Feet Don’t Fail Me Now: Rye Runners Compete With State’s Best

Their promise was evident two years ago, when Max Robinson and Mac Gager were part of a group of sophomore track stars that broke every ninth and tenth grade record in the Rye books.

That potential was realized in early March, as Robinson and Gager raced in the New York State championships at Cornell College in Ithaca. Robinson placed 13th of 32 in the 3,200-meter run with a time of 9:43.91, and Gager clocked in at 1:27.45 for 26th place in the 600-meter run. The seniors each ran just off personal bests in their first appearances at the elite event.

Max Robinson and Mac Gager

“My two goals for the season were to break the school record for the 600 and to earn my way to States,” said Gager, who toppled the 24-year-old 600 mark in February. “It was an honor to be there. I wasn’t surprised that I made it, but kind of in awe. I was so excited when it was time for my race, and it was such a great feeling to participate.”

While Robinson has made States three times in cross-country, injuries derailed his winter and spring track seasons as a junior.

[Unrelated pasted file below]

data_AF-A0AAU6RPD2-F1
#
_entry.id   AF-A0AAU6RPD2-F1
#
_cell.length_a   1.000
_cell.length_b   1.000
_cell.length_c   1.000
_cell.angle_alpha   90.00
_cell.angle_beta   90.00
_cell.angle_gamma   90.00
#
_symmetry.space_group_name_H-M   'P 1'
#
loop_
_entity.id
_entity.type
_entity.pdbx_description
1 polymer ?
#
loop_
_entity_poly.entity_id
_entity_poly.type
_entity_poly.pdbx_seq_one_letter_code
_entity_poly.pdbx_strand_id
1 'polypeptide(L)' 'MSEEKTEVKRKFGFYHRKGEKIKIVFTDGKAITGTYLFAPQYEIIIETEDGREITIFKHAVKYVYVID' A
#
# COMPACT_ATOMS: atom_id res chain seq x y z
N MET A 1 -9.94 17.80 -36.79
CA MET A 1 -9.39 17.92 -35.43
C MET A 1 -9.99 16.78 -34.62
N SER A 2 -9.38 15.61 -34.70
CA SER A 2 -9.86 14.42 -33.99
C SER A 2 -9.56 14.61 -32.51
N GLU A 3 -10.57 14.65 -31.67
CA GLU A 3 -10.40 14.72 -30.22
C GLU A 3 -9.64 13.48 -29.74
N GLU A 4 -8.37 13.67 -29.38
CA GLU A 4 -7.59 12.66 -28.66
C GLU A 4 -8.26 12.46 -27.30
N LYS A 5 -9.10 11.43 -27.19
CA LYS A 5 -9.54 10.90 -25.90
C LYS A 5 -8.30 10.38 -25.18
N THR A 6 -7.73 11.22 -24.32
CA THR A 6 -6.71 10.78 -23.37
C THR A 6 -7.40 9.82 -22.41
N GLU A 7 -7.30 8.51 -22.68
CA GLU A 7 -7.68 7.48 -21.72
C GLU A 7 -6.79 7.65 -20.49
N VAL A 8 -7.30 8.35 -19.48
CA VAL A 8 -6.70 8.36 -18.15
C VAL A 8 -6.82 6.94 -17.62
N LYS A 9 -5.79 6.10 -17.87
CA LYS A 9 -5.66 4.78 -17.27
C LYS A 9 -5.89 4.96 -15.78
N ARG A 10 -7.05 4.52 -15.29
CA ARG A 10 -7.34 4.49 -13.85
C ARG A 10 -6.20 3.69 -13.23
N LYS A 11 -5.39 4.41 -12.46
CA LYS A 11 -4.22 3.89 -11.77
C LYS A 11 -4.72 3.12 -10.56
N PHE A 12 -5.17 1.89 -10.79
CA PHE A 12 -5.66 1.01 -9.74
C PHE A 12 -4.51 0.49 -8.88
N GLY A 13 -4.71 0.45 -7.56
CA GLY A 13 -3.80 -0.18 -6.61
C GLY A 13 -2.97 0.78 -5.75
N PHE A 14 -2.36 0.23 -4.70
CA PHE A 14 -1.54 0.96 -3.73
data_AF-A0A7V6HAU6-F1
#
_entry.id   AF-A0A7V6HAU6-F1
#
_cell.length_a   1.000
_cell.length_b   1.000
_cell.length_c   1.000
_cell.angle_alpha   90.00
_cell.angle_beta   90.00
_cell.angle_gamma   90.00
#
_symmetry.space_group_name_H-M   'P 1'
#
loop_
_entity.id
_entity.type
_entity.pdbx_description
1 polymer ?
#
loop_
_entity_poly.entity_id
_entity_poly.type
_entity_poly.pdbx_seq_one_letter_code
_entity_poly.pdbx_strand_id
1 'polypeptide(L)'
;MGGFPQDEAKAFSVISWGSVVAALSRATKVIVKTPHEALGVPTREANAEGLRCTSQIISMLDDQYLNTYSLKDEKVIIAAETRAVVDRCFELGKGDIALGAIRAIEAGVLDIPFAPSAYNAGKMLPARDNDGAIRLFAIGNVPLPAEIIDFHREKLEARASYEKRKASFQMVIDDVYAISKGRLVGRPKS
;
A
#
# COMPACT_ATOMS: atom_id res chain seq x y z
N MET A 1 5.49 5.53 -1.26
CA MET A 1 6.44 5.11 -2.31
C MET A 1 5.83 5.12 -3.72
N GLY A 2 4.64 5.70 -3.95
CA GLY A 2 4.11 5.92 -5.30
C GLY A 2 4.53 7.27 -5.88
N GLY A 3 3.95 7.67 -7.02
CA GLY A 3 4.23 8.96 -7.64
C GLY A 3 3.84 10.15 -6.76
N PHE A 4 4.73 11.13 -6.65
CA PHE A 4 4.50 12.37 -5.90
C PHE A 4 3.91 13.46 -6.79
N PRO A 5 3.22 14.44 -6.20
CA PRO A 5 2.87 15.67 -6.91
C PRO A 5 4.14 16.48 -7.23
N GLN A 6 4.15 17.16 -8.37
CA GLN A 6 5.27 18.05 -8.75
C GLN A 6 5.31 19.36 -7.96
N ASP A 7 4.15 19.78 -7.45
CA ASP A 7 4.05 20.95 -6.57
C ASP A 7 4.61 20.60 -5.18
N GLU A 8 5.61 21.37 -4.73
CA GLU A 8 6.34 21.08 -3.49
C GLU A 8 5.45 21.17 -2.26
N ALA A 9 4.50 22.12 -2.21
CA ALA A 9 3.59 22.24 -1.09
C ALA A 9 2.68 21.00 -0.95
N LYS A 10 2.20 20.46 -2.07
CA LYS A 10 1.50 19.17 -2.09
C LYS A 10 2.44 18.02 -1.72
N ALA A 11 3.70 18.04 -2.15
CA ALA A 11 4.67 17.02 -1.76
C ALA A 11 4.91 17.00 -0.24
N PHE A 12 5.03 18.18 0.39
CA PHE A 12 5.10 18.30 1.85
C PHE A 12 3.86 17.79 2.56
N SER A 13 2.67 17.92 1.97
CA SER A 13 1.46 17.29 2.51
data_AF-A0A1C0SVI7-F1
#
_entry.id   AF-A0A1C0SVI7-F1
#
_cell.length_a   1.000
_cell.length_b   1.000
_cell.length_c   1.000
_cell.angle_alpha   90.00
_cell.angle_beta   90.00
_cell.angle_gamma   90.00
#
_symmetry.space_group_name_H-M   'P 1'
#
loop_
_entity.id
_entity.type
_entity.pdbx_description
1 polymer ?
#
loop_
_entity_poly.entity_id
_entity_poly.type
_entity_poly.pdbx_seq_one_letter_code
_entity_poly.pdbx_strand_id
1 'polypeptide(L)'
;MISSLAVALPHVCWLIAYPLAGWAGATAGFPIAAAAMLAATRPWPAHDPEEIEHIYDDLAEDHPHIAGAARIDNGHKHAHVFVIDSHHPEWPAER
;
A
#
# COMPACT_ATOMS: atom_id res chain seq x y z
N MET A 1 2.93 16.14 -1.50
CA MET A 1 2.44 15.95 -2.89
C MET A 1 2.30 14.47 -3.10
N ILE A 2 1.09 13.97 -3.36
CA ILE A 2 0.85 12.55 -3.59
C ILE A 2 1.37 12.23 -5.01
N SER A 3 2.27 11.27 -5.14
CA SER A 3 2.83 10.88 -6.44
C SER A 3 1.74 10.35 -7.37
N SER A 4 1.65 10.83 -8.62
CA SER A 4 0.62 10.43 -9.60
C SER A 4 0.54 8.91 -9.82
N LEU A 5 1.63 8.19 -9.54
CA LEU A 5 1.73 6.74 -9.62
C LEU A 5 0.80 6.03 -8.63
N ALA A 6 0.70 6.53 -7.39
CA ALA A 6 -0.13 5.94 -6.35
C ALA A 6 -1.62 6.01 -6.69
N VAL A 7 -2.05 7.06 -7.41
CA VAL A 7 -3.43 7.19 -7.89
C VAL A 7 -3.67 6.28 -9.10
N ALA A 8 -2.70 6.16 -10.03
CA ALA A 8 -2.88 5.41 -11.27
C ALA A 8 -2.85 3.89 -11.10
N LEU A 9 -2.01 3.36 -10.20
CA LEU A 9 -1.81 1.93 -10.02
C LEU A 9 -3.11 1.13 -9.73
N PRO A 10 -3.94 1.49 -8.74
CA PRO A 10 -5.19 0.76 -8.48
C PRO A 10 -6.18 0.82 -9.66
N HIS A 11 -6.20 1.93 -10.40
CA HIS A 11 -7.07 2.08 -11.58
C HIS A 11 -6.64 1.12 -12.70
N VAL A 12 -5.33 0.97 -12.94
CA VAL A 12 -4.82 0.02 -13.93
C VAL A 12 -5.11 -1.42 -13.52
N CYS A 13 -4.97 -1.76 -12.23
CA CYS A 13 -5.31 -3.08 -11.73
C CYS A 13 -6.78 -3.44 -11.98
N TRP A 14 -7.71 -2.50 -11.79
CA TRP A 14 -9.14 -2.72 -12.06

“Missing the chance to even attempt reaching States gave me that much more fire for this year,” said Robinson, who has been running since elementary school. “Making States was all I wanted. It was my top goal.”

Boys’ Track head coach Jim Yedowitz can’t help but gush when talking about his senior class. Along with stalwarts like Matt Kao, Dan Forsman, Jon Slack, Mason Curtis and Chris Fumasoli, Gager and Robinson are running out the final leg of their Garnet track careers.

“I’m looking forward to the spring with much anticipation for achieving great things, but a bit of sadness comes with each meet knowing that this talented senior class will be graduating in June,” said Yedowitz.

Robinson and Gager are what Yedowitz refers to as “quiet leaders”. They are well respected and push the younger Garnets to try harder each day. Both seniors strive to set personal and team records, but balance their performances with what is best for the team. For example, instead of saving energy for one of their specialty races, Gager and Robinson are willing to run multiple events to score points for the Rye team effort.

Gager, who owns 10 Rye records in individual and relay events, plans on continuing his athletic career in college. He was recently accepted to MIT, but has yet to make an official decision. For now he hopes to help Rye win the Class B championship and – individually – race past Rye’s best marks in the 400- and 800-meter runs.

Robinson, too, has not finalized his decision on which college to attend, but there is no doubt he’ll keep running. In the meantime, the senior – already the owner of three Rye records – will attempt to blaze his way onto Rye’s “Top Ten All-Time List” by lowering his time in both the 1,600 and 3,200-meter runs. “I want to leave my name in the record books.”

Don’t bet against Max or Mac.

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